Although the results of last year’s census aren’t expected to be released until the end of April, there are a few things we do know about the state’s standing in the national count of Americans.
First, we’re only so-so at responding on our own to requests for information.
And second, residents of the state’s northwestern corner seem more hesitant than most in the Cowboy State to answer questions from the U.S. Census Bureau.
Figures released by the Census Bureau show that 61.1% of Wyoming’s residents responded on their own to the bureau’s request for information.
The remaining 38.8% of those counted were approached by Census Bureau workers during the count that extended through the mid-October last year.
The self-response rate puts Wyoming 13th from the bottom of a list of all the states, the District of Columbia and Puerto Rico. Puerto Rico had the lowest self-response rate at 35.8%, followed by Alaska at 54.7%.
Minnesota had the highest rate at 75.1%. Nationally, the self-response rate averaged 67%.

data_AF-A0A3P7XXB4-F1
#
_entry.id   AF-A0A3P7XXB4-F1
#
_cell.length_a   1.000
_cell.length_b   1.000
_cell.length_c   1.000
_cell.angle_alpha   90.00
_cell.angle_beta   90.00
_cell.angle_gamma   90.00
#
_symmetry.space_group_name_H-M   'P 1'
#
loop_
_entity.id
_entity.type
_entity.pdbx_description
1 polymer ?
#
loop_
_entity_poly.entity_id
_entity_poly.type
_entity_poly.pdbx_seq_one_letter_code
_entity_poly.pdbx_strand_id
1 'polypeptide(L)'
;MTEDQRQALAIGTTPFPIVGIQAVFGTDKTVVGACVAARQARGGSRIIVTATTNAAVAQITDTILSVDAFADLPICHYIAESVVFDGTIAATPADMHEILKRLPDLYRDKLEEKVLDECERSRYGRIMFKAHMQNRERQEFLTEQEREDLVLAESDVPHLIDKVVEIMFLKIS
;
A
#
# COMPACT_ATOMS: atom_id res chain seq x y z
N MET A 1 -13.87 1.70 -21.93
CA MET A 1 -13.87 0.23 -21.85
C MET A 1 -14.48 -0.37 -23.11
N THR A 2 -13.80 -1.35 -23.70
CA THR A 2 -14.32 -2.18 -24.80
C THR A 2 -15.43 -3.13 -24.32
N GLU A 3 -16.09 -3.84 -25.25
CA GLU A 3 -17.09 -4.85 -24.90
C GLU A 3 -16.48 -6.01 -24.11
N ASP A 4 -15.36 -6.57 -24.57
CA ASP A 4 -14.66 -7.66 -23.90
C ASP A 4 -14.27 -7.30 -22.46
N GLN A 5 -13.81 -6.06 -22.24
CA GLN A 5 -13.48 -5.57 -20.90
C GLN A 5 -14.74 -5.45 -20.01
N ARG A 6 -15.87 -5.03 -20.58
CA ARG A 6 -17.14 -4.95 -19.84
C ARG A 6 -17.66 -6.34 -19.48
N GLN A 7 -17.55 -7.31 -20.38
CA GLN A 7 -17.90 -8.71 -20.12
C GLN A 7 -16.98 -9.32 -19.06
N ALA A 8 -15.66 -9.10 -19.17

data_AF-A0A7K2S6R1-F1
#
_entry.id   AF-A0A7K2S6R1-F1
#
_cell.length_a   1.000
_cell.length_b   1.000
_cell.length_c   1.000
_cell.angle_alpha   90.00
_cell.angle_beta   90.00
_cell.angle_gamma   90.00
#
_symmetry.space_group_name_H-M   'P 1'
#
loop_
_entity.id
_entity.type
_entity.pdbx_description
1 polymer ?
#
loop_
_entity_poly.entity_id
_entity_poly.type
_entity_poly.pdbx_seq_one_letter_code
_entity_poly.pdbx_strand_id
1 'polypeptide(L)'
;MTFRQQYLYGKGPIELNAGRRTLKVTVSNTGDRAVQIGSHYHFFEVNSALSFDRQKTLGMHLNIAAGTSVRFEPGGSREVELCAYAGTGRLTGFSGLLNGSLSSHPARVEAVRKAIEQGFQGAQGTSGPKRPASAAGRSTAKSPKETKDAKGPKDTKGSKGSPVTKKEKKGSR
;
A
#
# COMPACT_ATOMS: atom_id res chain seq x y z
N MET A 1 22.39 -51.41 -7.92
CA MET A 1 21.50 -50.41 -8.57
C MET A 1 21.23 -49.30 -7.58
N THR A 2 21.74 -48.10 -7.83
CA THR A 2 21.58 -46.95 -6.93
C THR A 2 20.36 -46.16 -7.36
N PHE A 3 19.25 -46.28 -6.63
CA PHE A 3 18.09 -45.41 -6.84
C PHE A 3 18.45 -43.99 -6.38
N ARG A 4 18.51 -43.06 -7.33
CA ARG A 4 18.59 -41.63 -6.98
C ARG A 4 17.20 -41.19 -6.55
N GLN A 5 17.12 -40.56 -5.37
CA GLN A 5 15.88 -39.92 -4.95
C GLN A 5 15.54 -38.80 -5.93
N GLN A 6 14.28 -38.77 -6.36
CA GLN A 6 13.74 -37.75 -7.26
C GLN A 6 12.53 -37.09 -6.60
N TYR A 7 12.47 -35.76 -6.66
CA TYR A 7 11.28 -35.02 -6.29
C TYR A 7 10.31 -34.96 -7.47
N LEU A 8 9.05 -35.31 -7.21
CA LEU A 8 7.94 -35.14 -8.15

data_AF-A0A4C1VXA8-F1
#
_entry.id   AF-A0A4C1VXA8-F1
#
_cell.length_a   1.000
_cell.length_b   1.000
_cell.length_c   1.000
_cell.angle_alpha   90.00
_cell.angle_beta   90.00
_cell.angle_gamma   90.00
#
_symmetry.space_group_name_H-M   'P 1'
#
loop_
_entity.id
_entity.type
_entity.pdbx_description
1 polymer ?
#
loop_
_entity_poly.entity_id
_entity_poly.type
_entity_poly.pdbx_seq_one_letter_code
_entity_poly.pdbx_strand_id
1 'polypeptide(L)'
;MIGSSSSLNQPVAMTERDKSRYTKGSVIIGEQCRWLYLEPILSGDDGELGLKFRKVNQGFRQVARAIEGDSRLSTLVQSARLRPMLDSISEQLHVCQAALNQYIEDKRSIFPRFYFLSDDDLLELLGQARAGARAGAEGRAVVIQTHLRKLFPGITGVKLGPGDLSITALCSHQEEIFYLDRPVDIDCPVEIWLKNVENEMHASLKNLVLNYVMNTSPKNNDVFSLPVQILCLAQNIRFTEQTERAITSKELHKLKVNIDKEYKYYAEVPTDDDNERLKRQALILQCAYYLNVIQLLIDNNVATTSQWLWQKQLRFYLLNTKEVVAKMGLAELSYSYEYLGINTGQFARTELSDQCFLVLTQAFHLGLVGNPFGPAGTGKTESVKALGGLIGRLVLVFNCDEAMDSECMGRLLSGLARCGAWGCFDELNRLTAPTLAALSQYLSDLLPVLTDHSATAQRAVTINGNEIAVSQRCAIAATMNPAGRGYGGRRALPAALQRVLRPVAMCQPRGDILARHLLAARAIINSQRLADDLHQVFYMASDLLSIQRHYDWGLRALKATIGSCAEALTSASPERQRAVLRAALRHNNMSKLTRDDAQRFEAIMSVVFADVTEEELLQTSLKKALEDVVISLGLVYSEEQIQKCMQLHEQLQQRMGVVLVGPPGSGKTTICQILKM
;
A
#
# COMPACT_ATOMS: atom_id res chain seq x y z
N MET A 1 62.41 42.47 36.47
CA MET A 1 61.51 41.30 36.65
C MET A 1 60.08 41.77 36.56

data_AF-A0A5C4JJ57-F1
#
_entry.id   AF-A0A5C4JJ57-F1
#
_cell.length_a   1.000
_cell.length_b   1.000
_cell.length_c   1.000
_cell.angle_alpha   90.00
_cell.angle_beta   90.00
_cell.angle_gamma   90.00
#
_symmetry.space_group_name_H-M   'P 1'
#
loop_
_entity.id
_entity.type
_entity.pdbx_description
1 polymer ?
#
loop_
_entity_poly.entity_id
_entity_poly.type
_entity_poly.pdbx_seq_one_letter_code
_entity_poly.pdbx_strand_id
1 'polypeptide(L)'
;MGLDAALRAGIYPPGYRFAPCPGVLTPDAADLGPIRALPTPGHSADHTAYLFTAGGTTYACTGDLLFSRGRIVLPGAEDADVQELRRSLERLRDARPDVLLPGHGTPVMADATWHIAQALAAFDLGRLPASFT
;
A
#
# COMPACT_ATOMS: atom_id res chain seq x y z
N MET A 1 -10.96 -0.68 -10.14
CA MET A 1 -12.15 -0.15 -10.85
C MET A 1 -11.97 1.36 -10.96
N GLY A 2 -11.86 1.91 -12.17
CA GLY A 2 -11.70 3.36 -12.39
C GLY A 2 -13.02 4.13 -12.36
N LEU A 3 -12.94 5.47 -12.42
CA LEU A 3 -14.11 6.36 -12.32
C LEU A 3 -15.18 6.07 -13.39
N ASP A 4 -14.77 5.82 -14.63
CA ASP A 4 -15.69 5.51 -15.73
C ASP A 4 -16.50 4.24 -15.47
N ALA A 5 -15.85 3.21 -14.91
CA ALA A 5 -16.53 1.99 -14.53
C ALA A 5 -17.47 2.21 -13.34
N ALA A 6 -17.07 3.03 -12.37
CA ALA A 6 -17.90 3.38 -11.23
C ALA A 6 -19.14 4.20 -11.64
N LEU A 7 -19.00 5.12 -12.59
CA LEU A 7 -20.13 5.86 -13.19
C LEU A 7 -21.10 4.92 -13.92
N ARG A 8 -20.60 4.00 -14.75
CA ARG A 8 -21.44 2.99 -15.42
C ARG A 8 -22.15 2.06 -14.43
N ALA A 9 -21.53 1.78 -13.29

Among the state’s counties, Laramie County residents did the best job of responding on their own to the Census Bureau’s requests, with 71.9% doing so, followed by Sheridan County at 68.3%.
Teton County had the lowest rate in the state at 39.5%, followed very closely by Sublette County at 39.6%.
Census numbers are used to determine the distribution of federal funding to the states. As a result, Gov. Mark Gordon in March encouraged all Wyoming residents to respond to the census.
“If you care about safe roads, good schools, health care, public safety — it’s important that everyone in Wyoming be counted,” he said in April.
Work on the 2020 census began in January 2020 and efforts to collect data in-person, delayed several times by the coronavirus, ended in October.
The Census Bureau has announced the results should be released by April 30.